Quick, fuel the planes, there’s war-a-coming! Battlefield is back again with a fresh lick of paint and a new platform to be released on, that of the arcade variety. Being an arcade title, gamers typically associate that with small file sizes, basic graphics and lacklustre gameplay; thankfully with Microsoft scraping the limitations of XBLA that is no longer the case. Battlefield 1943 is a fully fledged game in the series, and makes full use of the Frostbite engine made popular by Battlefield Bad Company… destructible environments? Check!
BF 1943 offers up a little twist on the typical Battlefield expectations, with only having three classes (rifleman, infantryman and scout) and the much loved regenerating health system typically associated with games such as Call of Duty. The game is also quite small, with only three shipped maps (all of which are quite similar) and little in the way of customising gameplay to your personal preference. You literally load up, click go, pick a class and start shooting.
The aim of the game is simple, get a boat/jeep/tank/plane/swim/run to the nearest base and capture the flag (these games just love flags don’t they). Of course life is never that easy as there happens to be a whole other team fighting to do the same as you, before you do. You could even call it a battlefield out there. Thankfully these games have progressed through the years and simply throwing stones at enemies is no more; fly a dam plane into them (actually performed, Console Monster does not promote replicating in real life)!
Running around this sheer mayhem is made a little more interesting once everything around you erupts into pieces, as shells fall from the sky, tanks blast over your shoulder and grenades crumble nearby bridges. The Frostbite engines destructible environments are best described as the best thing to come to First Person Shooters since the knife. You will lose count of the times you are a near to killing your enemy only to have them run behind a wall… to then realise “Oh yeah, I can blow that wall to pieces!”. A quick weapon switch or grenade toss will bring a building crumbling down, exposing that cowardly runner.
One aspect of BF 1943 which gets a warm greeting is the squad spawn option, allowing you to drop in next to one of your team mates (compatible with your Xbox 360 party friends) instead of a captured base. The difference that this makes to the gameplay is monumental. By reducing the need to run for miles alone (or ride and fly in Battlefields case) whilst adding the chance to fight aside your friends when they need you most… beautiful!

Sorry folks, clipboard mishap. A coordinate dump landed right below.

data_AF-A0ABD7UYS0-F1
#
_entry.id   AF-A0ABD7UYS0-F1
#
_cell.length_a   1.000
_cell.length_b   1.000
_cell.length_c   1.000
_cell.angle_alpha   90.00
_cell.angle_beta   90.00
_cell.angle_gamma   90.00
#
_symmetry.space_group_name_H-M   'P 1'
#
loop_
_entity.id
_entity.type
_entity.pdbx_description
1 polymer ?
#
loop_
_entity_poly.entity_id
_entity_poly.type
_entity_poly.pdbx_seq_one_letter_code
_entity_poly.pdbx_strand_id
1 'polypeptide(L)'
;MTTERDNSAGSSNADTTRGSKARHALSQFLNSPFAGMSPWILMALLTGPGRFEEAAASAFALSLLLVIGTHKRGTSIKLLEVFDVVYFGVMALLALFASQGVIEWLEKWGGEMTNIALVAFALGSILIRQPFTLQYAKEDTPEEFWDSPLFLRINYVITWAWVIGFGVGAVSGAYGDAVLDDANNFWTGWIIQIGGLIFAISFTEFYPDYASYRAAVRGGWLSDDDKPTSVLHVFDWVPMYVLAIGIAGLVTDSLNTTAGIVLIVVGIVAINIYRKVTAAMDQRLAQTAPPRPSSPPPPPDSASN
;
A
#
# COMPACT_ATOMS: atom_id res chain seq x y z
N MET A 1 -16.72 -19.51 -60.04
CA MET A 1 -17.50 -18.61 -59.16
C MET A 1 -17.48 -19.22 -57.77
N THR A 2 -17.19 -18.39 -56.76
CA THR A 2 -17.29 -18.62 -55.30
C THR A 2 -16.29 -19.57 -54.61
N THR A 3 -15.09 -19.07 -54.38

Another aspect of the game that stands ahead of the typical ‘arcade’ titles available are the graphics, which whilst nothing mind blowing are pretty superb given their price-point competition. Instead of the serious tone set by most Battlefield games or the cartoon fun style set by Battlefield Heroes, BF 1934 fits somewhere in the middle. The same can be said for the superb audio, particularly the menu screens intro music looping… as you will be hearing it a lot* (yowch, low blow right there).
Fans of Battlefield or fans of multiplayer online shooters (you know who you are, Halo and COD addicts) will no doubt be right at home in BF 1943. Take one fantastic engine, add pick up and play gameplay, top it off with a fantastic price and you have a hit – to the point of which EA struggle to handle the demand for. That’s a good sign that you should jump on in.
*EA are in the process of adding more game servers, so that the game actually loads up. Something which can already be seen, therefore has not been reflected in this review (apart from the small dig above).